Proposal: #ResourceEncapsulation and #ClassFilesAsResources

Tim Ellison Tim_Ellison at
Wed Jun 29 10:15:38 UTC 2016

mark.reinhold at (Mark Reinhold) wrote on 28/06/2016 22:20:15:
> Issue summaries
> ---------------
>   #ClassFilesAsResources --- If a type is visible and was loaded from a
>   class file then it should be possible to read that file by invoking 
>   `getResourceAsStream` method of the type's class loader, as it is in
>   earlier releases. [1]
>   #ResourceEncapsulation --- The `Module::getResourceAsStream` method 
>   be used to read the resources of any named module, without 
>   which violates the resource-encapsulation requirement [2].  This 
>   should be restricted somehow so that only "suitably-privileged" code
>   (for some definition of that term) can access resources in a named
>   module other than its own.  An alternative is to drop this
>   requirement. [3]
> Proposal
> --------
> Drop the agreed resource-encapsulation requirement, which reads:
>   Resource encapsulation --- The run-time system must ensure that the
>   static resource files within a module are directly accessible only by
>   code within that module.  The existing resource-access APIs should
>   continue to work as they do today when used to access a module's own
>   resource files. [2]
> Make the following changes to the various `getResource*` methods:
>   - The `ClassLoader::getResource*` methods will first delegate to the
>     loader's parent, if any, and will then search for resources in the
>     named modules defined to the loader, and will then search in the
>     loader's unnamed module, typically defined by a class path.  In the
>     case of the `getResources` method the order of the resources in the
>     returned enumeration will be unspecified, except that the values of
>     `cl.getResources(name).nextElement()` and `cl.getResource(name)`
>     will be equal.
>   - The `Class::getResource*` methods will only search for resources in
>     the module that defines the class.  In the case of a class in an
>     unnamed module this will typically result in searching the class
>     path of the corresponding class loader.
> The `java.lang.reflect.Module::getResourceAsStream` method will remain,
> so that it's possible to look up a resource in a module without having a
> reference to a class defined in that module.  It will always be the case
> that, for a given a class `c`, `c.getResourceAsStream(name)` will be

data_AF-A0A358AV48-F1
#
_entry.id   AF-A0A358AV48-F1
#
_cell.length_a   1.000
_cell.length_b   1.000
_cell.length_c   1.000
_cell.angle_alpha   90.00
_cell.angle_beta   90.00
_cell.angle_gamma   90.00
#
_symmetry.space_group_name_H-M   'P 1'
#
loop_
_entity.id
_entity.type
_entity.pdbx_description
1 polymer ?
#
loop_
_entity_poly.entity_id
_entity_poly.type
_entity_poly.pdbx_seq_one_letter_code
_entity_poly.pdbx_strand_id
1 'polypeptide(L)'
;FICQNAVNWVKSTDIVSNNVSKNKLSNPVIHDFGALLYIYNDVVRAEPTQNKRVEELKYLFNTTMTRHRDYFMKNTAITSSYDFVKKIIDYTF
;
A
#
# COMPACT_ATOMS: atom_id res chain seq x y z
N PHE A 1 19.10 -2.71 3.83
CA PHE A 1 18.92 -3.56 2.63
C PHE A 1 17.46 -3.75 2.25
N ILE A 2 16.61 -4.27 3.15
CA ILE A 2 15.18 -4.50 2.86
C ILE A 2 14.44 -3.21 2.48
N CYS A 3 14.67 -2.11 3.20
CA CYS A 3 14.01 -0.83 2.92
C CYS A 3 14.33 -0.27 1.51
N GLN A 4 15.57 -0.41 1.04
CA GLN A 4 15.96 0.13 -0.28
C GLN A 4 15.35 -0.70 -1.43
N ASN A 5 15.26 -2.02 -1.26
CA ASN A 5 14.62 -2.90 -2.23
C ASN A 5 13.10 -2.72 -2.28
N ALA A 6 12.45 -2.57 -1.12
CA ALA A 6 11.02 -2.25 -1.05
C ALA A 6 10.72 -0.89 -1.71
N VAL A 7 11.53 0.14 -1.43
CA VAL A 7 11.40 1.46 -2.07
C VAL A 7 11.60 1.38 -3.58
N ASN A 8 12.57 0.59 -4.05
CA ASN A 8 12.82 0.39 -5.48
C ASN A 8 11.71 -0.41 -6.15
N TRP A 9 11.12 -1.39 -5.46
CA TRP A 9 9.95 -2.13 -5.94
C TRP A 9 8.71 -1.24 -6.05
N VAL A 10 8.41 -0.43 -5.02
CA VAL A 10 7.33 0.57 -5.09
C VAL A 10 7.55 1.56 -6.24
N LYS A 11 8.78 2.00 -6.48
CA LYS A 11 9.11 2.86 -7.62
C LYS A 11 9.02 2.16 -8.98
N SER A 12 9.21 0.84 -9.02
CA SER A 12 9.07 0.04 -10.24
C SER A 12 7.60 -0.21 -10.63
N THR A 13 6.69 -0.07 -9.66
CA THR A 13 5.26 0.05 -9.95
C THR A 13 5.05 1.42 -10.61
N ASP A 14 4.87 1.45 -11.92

> equivalent to `c.getModule().getResourceAsStream(name)`.
> Rationale
> ---------
> The encapsulation of resources was intended to be part of the overall
> encapsulation story, on the view that a module's resources are just
> internal implementation details that need not, and should not, be
> available to code in other modules.  Allowing external code to depend
> upon a module's internal resources is just as problematic as allowing
> such code to depend upon internal APIs.
> The reality of existing code today, however, is rather different, with
> two common use cases:
>   - Resources are often used intentionally to convey information to
>     external code, e.g., as a way to publish configuration files such as
>     `persistence.xml`.  This sort of thing should, ideally, be done via
>     services [4][5], but that is not the current practice and it will
>     take years to migrate to it.
>   - Various popular tools and byte-code manipulation frameworks expect 
>     be able to load class files as resources, i.e., to access the class
>     file that defines a class `p.q.C` by invoking `getResource("p.q.C")`
>     on that class's loader.
> With the API as it stands today these use cases can still be supported,
> but the code that looks up the resource must be converted to use the
> `Module::getResourceAsStream` method.  This is a barrier to migration,
> since it means that fewer existing frameworks will work out-of-the-box
> as automatic modules.
> We should not drop agreed requirements lightly, but now that we have
> some practical experience with an implementation of this one I think
> it's clear that the pain outweighs the gain.
> [1]
> [2]
> [3]
> [4]
> October/000163.html
> [5]
> December/000207.html
> [6]
> September/004486.html
> [7]
> 005240.html
The proposal to drop this requirement leaves no way for a module to 
its resources.  Have you considered an alternative that preserves the 
of existing APIs which I agree is desirable to support existing 
but introduces a module-level resource API that allows those modules that 
to hide their implementation details?


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